Figure 2

Same as figure 1, but for the breeding success of southern fulmars, snow petrels and emperor penguins between 1962 and 2002.

Winter SIE and SOI showed strong year-to-year variations (figure 3a). An abrupt sea-ice retreat occurred between 1976 and 1981, corresponding to a similar drop in SOI values. Indeed, the 13 lowest SOI values from the low-pass filtered times-series since 1866 (figure 3a) fall within the 1979–1984 and 1990–1996 periods (mean: −0.60±0.10 and −0.70±0.17, respectively), whereas the four highest values occurred in the 1972–1975 period (mean: −0.47±0.06).

Figure 3

Same as figure 1, but for environmental variables: winter SIE for a sector of 130–150°E off Dumont d'Urville since 1973, and SOI for two time-scales ((a)1866–2002 and (b) 1960–2002).

(ii) Wavelet analysis

The population size and breeding success of all three species (figures 1 and 2b) fluctuated with a main cyclic periodicity of 3–5 years (figures 1 and 2d), which was also detected in SIE and SOI (figure 3d). However, these periodicities were not constant over time, nor were they common to different species and environment factors, but they revealed a significant change in their cyclic characteristics since 1980 (figures 1–3c).

The fulmar population showed pronounced quasi-regular fluctuations with a 3 year periodicity only after 1980 (figure 1b), especially during 1980–1990. Conversely, the snow petrel population revealed a significant periodicity only before 1980, with a 5 year periodicity before 1975, and a 2–4 year periodicity from 1975 to 1980. The emperor penguin population was also characterized by a marked change in periodicity around 1980. A significant 3 year periodicity appeared before 1980, especially in 1972–1980, which was followed by a significant change to a longer period of 4 years, especially during 1980–1990.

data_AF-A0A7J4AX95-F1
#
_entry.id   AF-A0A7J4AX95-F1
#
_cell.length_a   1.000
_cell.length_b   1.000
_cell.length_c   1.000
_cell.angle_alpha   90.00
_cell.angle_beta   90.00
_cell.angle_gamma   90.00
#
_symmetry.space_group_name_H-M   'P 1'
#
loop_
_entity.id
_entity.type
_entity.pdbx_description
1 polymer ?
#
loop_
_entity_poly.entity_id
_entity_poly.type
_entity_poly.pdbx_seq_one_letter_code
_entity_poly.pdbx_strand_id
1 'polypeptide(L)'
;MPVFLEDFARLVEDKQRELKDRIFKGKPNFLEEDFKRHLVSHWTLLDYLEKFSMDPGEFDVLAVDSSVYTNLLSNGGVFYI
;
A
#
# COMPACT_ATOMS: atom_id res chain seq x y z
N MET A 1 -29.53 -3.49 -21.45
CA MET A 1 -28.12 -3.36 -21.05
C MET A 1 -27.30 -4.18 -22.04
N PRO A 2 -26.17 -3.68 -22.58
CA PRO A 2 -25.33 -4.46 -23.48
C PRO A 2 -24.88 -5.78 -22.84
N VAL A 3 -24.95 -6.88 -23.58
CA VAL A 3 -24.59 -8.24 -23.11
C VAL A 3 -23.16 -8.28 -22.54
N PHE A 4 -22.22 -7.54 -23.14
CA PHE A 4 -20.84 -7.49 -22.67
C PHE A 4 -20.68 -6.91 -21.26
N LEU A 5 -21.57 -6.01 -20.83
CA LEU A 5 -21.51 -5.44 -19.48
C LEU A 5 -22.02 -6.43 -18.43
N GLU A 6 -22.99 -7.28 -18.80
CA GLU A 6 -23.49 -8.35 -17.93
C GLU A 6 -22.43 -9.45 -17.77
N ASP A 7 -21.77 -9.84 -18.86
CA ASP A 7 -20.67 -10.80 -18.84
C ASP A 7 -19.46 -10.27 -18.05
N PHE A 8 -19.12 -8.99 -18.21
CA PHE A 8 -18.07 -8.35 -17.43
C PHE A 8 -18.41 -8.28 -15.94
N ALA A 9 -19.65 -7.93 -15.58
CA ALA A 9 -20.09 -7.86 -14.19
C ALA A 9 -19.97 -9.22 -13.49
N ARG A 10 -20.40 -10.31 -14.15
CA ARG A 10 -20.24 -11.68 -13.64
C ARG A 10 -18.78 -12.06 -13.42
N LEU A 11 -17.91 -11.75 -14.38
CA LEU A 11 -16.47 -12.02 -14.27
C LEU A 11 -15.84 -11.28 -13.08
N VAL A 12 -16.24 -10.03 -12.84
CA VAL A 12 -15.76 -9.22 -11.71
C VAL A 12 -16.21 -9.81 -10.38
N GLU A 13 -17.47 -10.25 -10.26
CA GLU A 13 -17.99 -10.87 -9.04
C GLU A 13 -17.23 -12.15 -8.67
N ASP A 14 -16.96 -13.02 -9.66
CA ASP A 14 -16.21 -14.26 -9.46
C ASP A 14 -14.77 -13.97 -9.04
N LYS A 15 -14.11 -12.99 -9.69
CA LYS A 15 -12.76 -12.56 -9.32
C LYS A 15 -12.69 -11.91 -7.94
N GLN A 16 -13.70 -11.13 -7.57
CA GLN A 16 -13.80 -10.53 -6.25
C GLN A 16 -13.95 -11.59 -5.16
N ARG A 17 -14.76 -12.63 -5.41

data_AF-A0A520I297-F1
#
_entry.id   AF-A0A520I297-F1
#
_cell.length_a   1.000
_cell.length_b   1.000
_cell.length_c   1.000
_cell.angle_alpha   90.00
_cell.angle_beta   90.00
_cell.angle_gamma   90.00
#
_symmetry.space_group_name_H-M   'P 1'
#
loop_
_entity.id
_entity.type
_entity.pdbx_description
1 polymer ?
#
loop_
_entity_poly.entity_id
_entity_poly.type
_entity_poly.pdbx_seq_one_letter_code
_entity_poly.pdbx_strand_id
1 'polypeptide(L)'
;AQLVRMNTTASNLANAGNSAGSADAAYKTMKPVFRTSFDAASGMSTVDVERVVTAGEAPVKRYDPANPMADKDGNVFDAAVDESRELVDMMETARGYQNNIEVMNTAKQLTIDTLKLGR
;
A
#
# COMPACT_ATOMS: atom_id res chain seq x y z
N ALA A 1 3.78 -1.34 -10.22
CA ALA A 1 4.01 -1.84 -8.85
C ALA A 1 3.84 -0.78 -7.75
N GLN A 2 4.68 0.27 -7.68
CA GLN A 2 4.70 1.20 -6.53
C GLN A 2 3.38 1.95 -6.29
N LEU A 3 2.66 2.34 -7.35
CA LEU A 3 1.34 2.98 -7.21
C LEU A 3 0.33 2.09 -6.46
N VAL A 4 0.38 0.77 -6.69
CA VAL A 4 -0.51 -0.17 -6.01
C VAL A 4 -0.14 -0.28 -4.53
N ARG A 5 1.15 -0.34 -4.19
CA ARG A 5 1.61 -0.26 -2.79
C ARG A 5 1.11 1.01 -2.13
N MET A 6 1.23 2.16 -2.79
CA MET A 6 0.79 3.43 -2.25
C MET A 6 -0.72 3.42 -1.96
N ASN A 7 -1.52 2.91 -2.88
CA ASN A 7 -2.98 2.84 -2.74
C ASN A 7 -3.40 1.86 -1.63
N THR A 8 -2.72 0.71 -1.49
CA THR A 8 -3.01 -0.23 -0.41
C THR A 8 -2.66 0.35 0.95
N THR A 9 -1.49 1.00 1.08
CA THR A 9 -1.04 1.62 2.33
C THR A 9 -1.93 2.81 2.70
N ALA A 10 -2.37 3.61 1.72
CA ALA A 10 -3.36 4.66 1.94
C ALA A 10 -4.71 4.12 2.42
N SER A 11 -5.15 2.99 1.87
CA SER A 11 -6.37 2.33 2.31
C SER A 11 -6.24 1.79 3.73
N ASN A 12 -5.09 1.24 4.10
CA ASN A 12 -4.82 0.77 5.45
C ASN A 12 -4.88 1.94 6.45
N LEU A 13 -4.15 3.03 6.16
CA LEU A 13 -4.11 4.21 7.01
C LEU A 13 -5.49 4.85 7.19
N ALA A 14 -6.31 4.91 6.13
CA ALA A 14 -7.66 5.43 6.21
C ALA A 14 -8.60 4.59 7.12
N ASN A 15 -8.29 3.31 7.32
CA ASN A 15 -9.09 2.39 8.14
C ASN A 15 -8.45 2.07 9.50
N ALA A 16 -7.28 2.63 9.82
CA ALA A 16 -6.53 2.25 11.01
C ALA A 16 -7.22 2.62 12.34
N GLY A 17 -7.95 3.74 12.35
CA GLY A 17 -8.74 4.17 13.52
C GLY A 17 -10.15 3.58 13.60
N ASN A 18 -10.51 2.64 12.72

The breeding success of southern fulmars revealed a significant 3 year periodicity before 1980 and around 1995 (figure 2b). Outside these time-intervals, there was no significant variability. Conversely, the snow petrel breeding success showed pronounced quasi-regular fluctuations with a dominant period of 2–3 years only after the 1980s, but with a changing periodicity around 3–4 years after the 1988. The emperor penguin breeding success was characterized by two marked periodicities of 2–3 years and 6 years after 1990, and a single periodicity of 4–5 years between 1975 and 1978.

Wavelet power spectra revealed a clear shift in the SIE periodicity, from a weak periodicity of 4 years before 1980 to a strong one of 2–3 years between 1980 and 1995 (figure 3b). On the other hand, the periodicity of SOI increased from 3 to 5 years during the early 1970s, and decreased from 5 to 3 years at the end of the 1980s and 1990s. A dominant periodicity of 5 years appeared in the mid-1970s and remained steady until the end of the study.

(b) Relationships between demographic parameters and environmental variables

(i) Number of breeding pairs

For a given environmental variable, there were contrasted correlations for different species (table 1), and change in correlation pattern over time (figure 4).

View this table:
Table 1

Lagged Pearson correlations coefficient between environmental variables (SOI, SIE) and demographic parameters of three seabirds at Terre Adélie, Antarctica. ( Values within parentheses represent lags in year for the first significant coefficient correlation during the overall period. Significant correlations at a 0.10 (*), 0.05 level (**) and 0.01 level (***) calculated with bootstrap methods are indicated.)